Creating your own tools is the very definition of bushcraft, but novices might not know where to begin to craft their own tools and structures. For this, you can “cheat” a little and make your life easier by using tools that you’ve purchased or brought from home. 


High-quality tools will make your bushcraft experience less of a slog and more fun. You’ll want a variety of cutting tools for processing wood since that is primarily the material you will be working with.

Here is a list of tools that you’ll want to bring with you for your next bushcraft excursion:

  • Knife
  • Axe/Hatchet
  • Saw
  • Flint and Steel
  • Ferro Rod
  • Whetstone
  • Spoon knife (for carving)
  • Hand drill

Of course, you can craft most of these tools using natural resources, but if you’re just beginning then having these items already made will give you a leg up on your projects.

Best Types of Wood to Use

Wood will be the primary resource you’ll be using to create your bushcraft projects. Stone will be a close second as you combine the two to create tools that can help you build things.

The type of wood that you use does matter. Some varieties are physically strong while others are rot-resistant in the presence of a lot of moisture. Luckily, most types of forests have plenty of choices when it comes to building materials.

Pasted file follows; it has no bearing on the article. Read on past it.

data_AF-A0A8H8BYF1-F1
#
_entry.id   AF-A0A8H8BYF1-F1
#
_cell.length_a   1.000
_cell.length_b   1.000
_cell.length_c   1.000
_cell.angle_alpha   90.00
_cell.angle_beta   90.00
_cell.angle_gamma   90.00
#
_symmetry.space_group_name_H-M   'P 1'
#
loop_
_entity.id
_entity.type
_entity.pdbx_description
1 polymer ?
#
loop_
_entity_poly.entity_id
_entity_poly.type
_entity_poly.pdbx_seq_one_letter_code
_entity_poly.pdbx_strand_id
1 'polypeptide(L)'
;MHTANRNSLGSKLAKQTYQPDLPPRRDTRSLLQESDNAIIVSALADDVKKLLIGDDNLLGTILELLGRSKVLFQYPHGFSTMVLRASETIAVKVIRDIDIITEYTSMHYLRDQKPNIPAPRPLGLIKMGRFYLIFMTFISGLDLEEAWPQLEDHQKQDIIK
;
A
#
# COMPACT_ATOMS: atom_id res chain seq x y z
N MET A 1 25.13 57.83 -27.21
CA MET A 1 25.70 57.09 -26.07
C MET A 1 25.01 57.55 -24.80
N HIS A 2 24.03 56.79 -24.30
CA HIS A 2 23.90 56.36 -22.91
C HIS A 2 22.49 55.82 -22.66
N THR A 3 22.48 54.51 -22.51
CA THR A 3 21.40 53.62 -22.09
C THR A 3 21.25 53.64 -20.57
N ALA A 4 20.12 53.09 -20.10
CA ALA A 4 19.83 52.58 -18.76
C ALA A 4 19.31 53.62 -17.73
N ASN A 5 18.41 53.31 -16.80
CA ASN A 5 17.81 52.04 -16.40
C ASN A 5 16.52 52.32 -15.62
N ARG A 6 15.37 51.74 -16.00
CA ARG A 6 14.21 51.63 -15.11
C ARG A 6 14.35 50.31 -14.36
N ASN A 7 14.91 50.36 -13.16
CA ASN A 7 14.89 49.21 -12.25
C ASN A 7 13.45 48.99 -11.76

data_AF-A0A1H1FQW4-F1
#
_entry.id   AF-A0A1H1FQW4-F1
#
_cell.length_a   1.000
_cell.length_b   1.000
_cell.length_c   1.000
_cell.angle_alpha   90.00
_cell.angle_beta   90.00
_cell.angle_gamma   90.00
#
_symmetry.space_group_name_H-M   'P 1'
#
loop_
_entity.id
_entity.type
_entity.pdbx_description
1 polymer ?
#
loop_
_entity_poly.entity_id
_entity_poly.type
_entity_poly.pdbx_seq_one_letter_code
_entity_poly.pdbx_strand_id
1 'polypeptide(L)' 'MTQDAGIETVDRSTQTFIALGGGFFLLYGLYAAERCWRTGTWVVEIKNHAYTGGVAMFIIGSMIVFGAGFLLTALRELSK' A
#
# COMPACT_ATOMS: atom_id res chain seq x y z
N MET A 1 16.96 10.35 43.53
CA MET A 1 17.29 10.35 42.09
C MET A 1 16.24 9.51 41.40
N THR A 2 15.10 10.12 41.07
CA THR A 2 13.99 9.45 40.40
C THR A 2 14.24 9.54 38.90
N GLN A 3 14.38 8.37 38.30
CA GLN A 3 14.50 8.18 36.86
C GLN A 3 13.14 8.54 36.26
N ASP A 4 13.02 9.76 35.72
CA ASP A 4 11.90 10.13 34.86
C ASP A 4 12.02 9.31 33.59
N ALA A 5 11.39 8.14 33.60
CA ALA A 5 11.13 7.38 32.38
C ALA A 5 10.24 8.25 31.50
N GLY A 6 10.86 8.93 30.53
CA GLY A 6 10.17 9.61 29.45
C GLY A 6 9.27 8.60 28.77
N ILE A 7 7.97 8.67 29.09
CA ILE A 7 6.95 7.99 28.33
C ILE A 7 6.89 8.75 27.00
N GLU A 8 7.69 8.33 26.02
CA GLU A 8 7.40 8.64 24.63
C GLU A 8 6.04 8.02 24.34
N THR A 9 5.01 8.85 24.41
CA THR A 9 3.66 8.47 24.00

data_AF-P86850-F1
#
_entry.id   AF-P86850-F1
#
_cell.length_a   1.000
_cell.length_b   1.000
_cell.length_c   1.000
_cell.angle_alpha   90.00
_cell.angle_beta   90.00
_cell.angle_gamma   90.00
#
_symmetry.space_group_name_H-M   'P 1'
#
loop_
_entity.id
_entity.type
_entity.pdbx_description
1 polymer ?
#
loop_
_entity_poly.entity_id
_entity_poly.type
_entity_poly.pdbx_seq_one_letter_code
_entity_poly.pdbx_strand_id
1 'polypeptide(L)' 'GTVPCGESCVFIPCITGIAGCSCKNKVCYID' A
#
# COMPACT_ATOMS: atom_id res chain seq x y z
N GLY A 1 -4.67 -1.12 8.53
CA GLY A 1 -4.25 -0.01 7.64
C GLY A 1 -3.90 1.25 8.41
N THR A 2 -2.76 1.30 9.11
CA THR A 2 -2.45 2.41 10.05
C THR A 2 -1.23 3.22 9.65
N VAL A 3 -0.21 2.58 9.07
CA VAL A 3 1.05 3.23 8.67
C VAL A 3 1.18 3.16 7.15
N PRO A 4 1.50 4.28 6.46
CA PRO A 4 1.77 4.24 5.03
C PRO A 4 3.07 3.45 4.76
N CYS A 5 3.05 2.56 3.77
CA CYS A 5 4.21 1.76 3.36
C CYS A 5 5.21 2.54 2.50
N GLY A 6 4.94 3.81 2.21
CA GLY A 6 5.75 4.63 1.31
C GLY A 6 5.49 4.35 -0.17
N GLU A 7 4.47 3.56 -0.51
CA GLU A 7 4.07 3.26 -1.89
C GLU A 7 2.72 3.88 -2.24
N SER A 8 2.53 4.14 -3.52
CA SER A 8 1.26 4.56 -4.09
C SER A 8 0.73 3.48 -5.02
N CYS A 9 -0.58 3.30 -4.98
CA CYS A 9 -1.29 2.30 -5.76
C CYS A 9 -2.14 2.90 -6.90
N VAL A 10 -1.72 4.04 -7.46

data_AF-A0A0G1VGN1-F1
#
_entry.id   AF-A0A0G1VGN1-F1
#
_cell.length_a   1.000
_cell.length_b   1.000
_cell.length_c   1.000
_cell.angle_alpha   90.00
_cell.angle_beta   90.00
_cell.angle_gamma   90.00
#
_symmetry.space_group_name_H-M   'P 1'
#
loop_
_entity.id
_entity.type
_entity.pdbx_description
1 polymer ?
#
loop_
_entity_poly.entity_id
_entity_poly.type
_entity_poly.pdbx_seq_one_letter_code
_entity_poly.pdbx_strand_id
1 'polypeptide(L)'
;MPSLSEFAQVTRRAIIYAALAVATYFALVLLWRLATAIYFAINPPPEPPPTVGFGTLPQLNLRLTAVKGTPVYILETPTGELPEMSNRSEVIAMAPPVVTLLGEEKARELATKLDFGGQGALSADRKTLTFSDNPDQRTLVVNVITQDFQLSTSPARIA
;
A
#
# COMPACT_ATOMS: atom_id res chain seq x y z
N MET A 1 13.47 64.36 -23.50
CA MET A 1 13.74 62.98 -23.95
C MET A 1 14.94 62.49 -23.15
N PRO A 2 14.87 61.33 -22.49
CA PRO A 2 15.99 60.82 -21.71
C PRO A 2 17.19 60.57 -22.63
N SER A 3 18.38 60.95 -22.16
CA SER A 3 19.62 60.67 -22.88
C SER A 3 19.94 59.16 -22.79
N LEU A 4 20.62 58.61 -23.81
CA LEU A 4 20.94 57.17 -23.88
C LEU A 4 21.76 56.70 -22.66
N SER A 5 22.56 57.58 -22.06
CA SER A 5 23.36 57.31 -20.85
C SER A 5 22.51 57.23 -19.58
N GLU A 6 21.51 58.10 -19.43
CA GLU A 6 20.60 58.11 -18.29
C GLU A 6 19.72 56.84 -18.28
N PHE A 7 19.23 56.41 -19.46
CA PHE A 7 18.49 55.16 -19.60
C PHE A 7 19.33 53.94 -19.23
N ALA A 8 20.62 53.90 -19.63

For fire building, you want resinous wood that can take a spark easily. These varieties are filled with a waterproof resin that will burn hot, even in the rain. Look out for spruce and pine species if you are looking to get a fire going.

For construction, Eastern White Cedar is light, strong, and rot-resistant making it ideal for building shelters. Oak trees are great for furniture as  the wood is sturdy and heavy, creating long-lasting items.

If you want to make some utensils, plates, and bowls look for birch trees as they are water-resistant. This waterproof characteristic makes them ideal for crafting water-holding vessels and eating utensils. 

5 Bushcraft Projects to Get You Started

Bushcraft projects can be as simple or as complex as you want them to be. As you gain experience you can add your own ideas and personal flare to your projects. This list is meant to be approachable as it can be completed by anyone at any skill level.